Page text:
If it is, I agree with you.

I've been surprised at how good the smooth, knobless Compass tires are in some off-road situations (particularly slightly damp and sticky "hero dirt"); they've made me reconsider a lot about what I thought I knew about tires. But there are also a lot of situations in which they're pretty bad - particularly, they're terrible on "loose over hard" type surfaces, like the dry and dusty fire roads we have out here in California. The Compass tires have no cornering grip on surfaces like this, which is terrifying when you come up on a turn in the middle of a steep descent. Not a problem I've had with knobbier tires like the Nano 40C or Bruce Gordon.

Scott said...

@Adam. This post made me think of Compass as well. Those 650b Extralight Switchback Hills sound too good to be true. Here in Oklahoma the gravel roads are so squared off you never have to worry about cornering but I still have concerns about how these treadless tires will perform in a straight line on loose over hard surfaces. I've never ridden Iowa gravel but I think tend to defer to GT over Jan when it comes to midwest gravel riding.

Scott said...

GT. This may or may not be worthy of a future post but I am curious about the following...Given your fairly strong preference for steel over carbon forks for gravel riding, I was wondering if your experience on the plus size WTB Horizons gave you any reason to reconsider your position on carbon forks as a result of running such a large tire at low pressures. In other words, any chance the softer ride of the fatter tires can offset some or all of the stiffness of a carbon fork? I feel like this might be of interest to your readers given that your Tamland now comes with a carbon fork in 2017. Thanks!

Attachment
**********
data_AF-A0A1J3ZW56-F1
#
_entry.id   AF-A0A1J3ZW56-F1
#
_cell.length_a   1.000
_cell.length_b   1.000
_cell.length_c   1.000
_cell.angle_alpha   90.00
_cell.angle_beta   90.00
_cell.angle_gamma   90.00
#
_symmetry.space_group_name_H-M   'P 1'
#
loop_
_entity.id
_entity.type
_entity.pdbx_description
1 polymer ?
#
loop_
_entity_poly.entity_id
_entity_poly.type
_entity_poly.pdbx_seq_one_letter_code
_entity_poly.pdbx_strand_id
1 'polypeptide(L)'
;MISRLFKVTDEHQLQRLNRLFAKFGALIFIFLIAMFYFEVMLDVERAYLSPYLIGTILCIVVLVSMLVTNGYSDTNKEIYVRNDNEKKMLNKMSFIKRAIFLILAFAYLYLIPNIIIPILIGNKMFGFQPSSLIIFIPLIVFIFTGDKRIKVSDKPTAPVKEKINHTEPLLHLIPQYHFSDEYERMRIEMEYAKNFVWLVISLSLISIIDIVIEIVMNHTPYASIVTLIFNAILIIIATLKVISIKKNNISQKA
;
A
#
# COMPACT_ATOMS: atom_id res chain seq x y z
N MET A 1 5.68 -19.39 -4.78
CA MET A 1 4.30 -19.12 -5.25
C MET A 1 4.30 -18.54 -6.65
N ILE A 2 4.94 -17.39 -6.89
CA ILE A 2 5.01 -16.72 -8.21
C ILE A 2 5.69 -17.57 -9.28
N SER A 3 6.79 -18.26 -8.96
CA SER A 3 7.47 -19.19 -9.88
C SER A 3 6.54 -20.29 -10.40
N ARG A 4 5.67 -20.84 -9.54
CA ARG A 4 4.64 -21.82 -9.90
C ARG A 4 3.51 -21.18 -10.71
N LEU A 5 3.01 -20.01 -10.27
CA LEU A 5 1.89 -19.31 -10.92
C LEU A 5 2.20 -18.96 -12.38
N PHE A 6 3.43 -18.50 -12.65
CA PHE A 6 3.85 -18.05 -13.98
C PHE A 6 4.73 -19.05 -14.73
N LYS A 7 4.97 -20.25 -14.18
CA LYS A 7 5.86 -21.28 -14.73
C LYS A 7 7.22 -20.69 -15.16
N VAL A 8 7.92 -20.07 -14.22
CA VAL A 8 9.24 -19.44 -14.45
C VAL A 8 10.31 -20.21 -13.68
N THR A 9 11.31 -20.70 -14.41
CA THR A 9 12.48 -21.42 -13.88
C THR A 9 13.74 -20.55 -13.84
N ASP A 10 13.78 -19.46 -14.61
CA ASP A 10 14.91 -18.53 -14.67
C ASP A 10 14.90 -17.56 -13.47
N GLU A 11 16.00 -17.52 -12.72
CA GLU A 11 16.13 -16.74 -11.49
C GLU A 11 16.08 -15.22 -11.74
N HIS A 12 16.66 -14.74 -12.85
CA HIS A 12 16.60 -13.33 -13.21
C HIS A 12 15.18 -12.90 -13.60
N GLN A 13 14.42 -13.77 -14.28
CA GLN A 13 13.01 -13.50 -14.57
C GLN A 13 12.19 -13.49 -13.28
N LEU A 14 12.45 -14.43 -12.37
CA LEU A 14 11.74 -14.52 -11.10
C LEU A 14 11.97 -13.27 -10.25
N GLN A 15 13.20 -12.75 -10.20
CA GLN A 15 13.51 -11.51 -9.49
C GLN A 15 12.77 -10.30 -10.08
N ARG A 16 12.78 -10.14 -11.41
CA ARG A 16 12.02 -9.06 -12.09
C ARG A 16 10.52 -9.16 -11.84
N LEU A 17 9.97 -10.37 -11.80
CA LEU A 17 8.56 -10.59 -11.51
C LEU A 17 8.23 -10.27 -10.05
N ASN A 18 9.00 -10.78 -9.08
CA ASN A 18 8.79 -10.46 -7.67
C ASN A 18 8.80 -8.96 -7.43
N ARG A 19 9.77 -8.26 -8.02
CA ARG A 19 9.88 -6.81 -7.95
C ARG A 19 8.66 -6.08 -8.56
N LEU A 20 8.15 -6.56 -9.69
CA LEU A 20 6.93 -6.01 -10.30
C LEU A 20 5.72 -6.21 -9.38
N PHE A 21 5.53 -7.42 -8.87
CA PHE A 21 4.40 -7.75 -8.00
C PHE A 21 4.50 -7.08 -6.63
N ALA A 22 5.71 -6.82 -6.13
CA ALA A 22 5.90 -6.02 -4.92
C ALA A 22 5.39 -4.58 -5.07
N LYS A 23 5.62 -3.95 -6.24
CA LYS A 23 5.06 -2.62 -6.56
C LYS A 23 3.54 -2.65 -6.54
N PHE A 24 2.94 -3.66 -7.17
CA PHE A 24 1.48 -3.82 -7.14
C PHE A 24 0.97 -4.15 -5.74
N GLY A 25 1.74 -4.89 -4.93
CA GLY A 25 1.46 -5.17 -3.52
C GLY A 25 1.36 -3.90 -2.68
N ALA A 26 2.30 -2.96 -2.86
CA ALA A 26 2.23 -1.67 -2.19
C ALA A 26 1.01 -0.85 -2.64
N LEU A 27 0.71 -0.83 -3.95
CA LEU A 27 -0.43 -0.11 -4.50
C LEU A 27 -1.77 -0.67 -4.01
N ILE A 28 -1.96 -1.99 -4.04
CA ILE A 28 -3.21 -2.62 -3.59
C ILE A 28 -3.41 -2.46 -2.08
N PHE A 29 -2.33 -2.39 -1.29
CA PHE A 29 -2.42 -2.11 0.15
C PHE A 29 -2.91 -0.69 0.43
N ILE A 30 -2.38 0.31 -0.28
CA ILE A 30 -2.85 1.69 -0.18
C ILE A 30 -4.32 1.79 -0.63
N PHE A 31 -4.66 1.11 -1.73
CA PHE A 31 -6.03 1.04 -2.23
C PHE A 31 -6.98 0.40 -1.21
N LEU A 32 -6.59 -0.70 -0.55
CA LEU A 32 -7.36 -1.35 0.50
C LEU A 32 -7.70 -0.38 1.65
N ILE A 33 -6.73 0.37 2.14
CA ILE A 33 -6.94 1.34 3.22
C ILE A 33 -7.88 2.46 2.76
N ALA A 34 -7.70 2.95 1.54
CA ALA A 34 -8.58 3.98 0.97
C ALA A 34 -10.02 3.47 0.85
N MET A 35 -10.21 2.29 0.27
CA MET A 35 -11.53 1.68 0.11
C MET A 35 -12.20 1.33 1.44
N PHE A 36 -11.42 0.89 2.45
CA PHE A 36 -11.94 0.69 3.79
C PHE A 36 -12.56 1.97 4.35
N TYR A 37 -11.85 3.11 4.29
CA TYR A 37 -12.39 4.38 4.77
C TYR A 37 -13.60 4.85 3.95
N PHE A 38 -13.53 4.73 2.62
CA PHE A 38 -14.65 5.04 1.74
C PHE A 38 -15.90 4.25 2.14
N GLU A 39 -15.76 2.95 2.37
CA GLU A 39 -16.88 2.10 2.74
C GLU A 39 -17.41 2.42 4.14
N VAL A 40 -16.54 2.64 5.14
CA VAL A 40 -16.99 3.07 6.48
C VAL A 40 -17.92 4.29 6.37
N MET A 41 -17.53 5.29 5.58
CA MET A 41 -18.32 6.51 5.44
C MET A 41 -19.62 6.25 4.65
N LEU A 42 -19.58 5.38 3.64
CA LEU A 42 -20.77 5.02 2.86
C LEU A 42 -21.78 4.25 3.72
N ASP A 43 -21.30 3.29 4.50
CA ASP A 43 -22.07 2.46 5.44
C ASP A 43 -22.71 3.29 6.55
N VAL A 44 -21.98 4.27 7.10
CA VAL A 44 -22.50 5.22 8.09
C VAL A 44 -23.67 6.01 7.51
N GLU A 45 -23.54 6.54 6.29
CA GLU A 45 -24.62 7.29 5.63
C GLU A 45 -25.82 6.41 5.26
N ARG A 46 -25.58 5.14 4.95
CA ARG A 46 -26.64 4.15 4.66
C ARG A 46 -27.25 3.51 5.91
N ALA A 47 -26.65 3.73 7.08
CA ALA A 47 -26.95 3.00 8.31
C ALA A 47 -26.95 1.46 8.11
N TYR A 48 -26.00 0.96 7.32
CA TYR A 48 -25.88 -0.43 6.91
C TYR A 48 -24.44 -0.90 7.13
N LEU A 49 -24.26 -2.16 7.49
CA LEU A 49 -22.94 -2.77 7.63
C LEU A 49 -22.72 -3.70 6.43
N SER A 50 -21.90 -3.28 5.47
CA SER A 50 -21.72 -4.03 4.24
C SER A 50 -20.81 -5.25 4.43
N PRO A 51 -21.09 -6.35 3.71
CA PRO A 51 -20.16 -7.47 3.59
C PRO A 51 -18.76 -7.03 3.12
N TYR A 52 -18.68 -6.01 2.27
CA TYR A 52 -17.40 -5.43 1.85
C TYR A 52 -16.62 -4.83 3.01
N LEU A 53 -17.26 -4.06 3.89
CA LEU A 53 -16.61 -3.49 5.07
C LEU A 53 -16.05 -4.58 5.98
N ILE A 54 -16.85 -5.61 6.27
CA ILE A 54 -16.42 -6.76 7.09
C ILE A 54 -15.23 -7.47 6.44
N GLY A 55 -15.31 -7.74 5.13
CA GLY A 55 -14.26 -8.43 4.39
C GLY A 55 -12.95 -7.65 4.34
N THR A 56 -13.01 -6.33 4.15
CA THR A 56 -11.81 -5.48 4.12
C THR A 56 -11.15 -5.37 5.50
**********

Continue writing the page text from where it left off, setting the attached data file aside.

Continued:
Guitar Ted said...

@Scott- The big, puffy 650B tires do a great job of smoothing out the road, but I would still prefer a fork that damped out vibrations vs one that did not. Even tires at low pressures are only going to be able to do so much. A fork that works along with that tire is always going to be a better ride than a fork that is super-stiff and unforgiving with a big, cushy tire.

Could that fork be made from carbon fiber? Sure it could be. The thing is, due to racer preferences, forks are what they are today. Stiff, efficient holders for wheels. The molds to make forks in that vein with their short-ish offsets are expensive. Cyclo Cross also has greatly influenced what we have now for carbon fork choices. I believe that if the gravel/all-road genre takes root and sustains sales numbers, or grows, there will be gravel/all road specific carbon forks that will have compliance and greater offset choices.

It took almost six years for the industry to decide that 29"ers deserved "real" suspension forks and another two to three years after that to get better forks that had geometry specific for 29"ers. So, don't be all that surprised if it takes a bit to see forks for gravel/all road bikes in carbon fiber to take a while to make it to market as well.

R said...

i think i've said it here before - but i 100% agree with your take on a flattish topped tire for the best stability on iowa gravel. your term 'herding' is what i might also describe as 'sledding'... the front end is much more volatile with a rounded tire, and extra effort to take weight off the front wheel (which we should probably be doing in the loose stuff anyway) is more urgently needed with that "c" shaped tire... that's been my experience... your mileage may vary.

Jason said...

Perhaps you want to stay away from "endorsing" particular tires, but could you give examples of tires that are flatter and less "c" shaped? Maybe you have a future post planned to highlight some of these differences.

Guitar Ted said...

@Jason. Probably the best example of tread blocks working to make this sort of profile happen is the Challenge Tires Gravel Grinder model. There are others similar to that idea- Terrene Elwood, the WTB Riddler, and one of the Arisun Gravel Plus models come to mind.

Then you can use a wider rim to make tires like the Panaracer Gravel King SK 40mm and Clement MSO 36mm tires work that way.

Essentially, as my friend MG says, wider is better and a good internal width on the rim doesn't hurt either. Casing design and tread design can work in tandem to get you this feature. Designs tend to be supporting this idea of late as well, so apparently MG and I are not the only ones thinking this way.

MG said...

Amen, Brother...